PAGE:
Screams and gunfire shattered the usual quiet of the Capitol. Four pistol-packing terrorists in a visitors’ balcony sprayed bullets onto the floor of the House of Representatives below, wounding five congressmen. It was Mar. 1, 1954, and the terrorists were militants in favor of independence for Puerto Rico. They were captured and given long prison sentences, and the congressmen went back to their jobs on Capitol Hill after recovering from their wounds.
The halls of Congress were again breached by terrorists on Jan. 6 when a MAGA mob of Donald Trump supporters invaded the historic old Capitol Building in a right-wing political putsch to overturn the results of the 2020 election. The rioters ransacked congressional offices, damaged property in what is called “the people’s house” and clashed with outnumbered police inside and outside the Capitol. At the end of the hours-long melee, five people lay dead, including a Capitol policeman who was hit in the head with a fire extinguisher and a Trump supporter who was shot by a cop when she attempted to forcibly enter a restricted area of the building where Congress members had met to certify the results of the November election. What should have been a routine political procedure was transformed into a dark and deadly day for this nation by President Trump, his political allies and his cultish base of hardcore slash-and-burn supporters who would sacrifice America’s ideals on the altar of their deity, “The Donald.”
Today is Jan. 20—inauguration day in Washington—and authorities there and across this nation have been on high alert for more armed extremist actions in the nation’s capital and in all 50 states as Trump’s presidency comes to its inevitable and ignominious end. Trump has become more unhinged and dangerous by the day as his time in the White House runs out. The once-cocky “Commander-in-Tweet” spent his last days in office as a lame duck with clipped wings—angry, bitter and without Twitter. He remained a danger to this republic until he finally left office because, to the last, Trump showed what playwright Edward Albee meant when he said, “A drowning man takes down those nearest.”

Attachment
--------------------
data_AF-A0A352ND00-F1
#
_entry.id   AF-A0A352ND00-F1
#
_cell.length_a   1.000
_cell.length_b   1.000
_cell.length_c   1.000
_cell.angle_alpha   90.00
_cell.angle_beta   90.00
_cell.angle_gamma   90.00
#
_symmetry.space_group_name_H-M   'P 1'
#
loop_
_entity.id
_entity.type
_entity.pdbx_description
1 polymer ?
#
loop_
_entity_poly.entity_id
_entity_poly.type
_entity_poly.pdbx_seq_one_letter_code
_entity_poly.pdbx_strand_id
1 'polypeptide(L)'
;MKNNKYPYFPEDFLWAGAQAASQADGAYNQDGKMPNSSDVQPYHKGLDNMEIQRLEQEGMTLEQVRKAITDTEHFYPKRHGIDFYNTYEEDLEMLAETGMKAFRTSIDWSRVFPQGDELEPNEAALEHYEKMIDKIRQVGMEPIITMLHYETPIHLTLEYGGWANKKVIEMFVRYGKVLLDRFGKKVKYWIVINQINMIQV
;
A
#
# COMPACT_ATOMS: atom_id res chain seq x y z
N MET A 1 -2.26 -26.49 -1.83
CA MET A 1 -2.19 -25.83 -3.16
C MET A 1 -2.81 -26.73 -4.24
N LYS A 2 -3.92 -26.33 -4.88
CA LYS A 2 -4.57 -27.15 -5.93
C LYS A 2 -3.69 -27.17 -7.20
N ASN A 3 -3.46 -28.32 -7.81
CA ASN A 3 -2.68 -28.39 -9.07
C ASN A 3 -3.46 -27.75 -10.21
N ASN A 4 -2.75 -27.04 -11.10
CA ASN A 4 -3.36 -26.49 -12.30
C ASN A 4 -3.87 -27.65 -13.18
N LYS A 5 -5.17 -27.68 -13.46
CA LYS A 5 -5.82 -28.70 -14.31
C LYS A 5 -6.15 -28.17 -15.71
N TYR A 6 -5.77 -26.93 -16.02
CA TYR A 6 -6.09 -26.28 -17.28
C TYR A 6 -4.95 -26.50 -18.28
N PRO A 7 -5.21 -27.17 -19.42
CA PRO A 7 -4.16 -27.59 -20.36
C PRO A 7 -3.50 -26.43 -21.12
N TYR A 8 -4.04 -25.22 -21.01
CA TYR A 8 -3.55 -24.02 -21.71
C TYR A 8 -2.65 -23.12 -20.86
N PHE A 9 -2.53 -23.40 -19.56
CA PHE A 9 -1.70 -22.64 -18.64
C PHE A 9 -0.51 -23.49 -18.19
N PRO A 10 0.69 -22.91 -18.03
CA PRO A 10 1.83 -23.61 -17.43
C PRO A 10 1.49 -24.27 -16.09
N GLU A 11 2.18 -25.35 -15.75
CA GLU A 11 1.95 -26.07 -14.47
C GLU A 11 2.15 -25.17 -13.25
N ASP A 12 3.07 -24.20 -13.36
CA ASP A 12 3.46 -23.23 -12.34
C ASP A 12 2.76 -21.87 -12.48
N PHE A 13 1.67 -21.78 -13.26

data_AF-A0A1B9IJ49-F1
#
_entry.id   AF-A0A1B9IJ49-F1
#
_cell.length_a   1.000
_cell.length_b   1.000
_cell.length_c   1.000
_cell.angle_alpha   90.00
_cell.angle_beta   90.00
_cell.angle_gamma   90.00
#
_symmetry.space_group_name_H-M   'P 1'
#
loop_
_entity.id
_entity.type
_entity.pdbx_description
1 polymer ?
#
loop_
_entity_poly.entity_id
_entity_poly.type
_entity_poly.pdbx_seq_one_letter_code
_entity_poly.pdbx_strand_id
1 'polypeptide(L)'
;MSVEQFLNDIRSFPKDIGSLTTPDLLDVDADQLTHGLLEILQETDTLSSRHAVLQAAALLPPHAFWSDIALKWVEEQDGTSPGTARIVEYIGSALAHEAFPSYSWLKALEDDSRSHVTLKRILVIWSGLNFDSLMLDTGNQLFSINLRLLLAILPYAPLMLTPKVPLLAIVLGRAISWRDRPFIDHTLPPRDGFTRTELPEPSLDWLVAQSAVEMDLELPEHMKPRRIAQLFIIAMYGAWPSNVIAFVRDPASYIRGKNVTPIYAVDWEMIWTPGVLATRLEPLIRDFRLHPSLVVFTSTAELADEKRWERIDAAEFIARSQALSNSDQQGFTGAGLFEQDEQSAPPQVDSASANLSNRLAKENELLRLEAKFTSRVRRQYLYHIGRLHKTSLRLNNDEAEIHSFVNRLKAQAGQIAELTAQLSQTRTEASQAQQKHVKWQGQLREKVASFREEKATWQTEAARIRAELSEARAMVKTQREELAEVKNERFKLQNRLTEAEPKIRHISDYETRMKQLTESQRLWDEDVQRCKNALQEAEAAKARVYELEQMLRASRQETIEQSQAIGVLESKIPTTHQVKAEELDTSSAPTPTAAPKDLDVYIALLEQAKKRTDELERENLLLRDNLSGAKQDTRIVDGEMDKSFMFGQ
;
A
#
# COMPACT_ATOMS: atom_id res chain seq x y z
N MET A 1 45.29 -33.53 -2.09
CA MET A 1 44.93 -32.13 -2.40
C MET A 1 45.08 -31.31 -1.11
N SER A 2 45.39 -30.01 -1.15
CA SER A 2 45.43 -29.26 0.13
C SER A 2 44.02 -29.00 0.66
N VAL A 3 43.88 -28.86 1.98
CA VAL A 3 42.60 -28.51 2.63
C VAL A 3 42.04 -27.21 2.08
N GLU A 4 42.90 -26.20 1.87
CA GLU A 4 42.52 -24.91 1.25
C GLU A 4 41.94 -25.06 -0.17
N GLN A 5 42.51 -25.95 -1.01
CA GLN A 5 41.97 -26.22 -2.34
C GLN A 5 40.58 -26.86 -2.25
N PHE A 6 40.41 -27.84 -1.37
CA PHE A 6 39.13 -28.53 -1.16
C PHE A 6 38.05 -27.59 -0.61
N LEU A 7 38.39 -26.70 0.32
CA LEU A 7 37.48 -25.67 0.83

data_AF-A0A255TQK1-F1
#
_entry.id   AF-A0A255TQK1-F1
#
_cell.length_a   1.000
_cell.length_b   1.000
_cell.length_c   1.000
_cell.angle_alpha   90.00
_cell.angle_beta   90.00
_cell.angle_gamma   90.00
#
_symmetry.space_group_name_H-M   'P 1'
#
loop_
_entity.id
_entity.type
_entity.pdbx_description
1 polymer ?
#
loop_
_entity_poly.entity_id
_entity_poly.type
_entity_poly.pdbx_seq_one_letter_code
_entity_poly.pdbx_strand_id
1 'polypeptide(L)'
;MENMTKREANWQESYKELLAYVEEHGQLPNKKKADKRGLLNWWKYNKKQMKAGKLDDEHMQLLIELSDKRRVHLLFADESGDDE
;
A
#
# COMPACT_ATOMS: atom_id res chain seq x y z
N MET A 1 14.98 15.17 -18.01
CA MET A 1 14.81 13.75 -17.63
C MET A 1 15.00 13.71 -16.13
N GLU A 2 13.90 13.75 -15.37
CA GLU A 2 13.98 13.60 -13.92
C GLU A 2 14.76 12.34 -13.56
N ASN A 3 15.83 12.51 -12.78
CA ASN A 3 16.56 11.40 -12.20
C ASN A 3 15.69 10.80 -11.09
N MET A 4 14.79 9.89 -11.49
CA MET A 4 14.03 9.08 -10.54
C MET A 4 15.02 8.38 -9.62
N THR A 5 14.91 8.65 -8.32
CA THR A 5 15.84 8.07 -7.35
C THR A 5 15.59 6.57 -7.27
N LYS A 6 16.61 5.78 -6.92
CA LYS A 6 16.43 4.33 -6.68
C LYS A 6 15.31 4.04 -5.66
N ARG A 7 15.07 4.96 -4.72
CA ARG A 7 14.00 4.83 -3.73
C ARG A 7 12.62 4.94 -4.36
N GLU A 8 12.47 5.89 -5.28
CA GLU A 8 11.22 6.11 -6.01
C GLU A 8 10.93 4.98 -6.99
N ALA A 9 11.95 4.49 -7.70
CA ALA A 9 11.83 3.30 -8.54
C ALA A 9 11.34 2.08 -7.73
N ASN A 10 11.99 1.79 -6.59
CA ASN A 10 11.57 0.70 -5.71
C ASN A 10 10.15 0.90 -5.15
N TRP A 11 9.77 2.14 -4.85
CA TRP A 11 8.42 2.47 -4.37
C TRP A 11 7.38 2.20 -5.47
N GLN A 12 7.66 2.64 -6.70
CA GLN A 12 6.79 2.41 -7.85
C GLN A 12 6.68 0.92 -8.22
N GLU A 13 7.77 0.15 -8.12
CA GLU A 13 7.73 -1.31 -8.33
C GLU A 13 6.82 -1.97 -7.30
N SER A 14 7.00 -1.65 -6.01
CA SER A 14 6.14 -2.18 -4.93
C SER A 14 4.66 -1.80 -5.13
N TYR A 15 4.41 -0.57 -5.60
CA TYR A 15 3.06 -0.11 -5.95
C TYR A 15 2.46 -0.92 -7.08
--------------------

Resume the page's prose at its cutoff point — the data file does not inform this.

After the Capitol Hill incursion, invasion and insurrection of Jan. 6, some Trump apologists quickly made the predictable conspiratorial claim that the riot was really the work of leftist “antifa” activists and not Trump supporters. Such an attempt to deny and deflect the blame for the violent behavior of Trump’s troops flies in the face of the conservative mantras of taking personal responsibility and respecting this country’s laws and Constitution. The Jan. 6 assault on the Capitol was an act of domestic terrorism by a mob of Americans who bought into the Trump team’s myth of a stolen election. Weeks before the MAGA mob invaded the Capitol, Trump himself urged his supporters to come to Washington on Jan. 6 for an event that he said “will be wild.” Trump’s “wild” event was a chilling look at fascism on the march in America.
Former California Gov. Arnold Schwarzenegger likened the Trump terrorists to the Nazis of his native Austria and said that the attack on Capitol Hill was reminiscent of the infamous Kristallnacht, when Nazis shattered windows at Jewish stores, homes and synagogues during “the night of broken glass.” Indeed, right-wing domestic terrorists have long been a threat to America, and white supremacist groups actively try to infiltrate and recruit police and military personnel. Such right-wing extremist groups were emboldened by Trump, and they are now embittered by his loss.
Trump won the White House with overwhelming support from evangelical Christians who ignored and excused his lack of Christian virtues. Such evangelicals and millions of other Americans who pledged allegiance to Trump never saw that the Trump regime’s four years in office underlined the Biblical admonition that “they have sown the wind, and they shall reap the whirlwind.”
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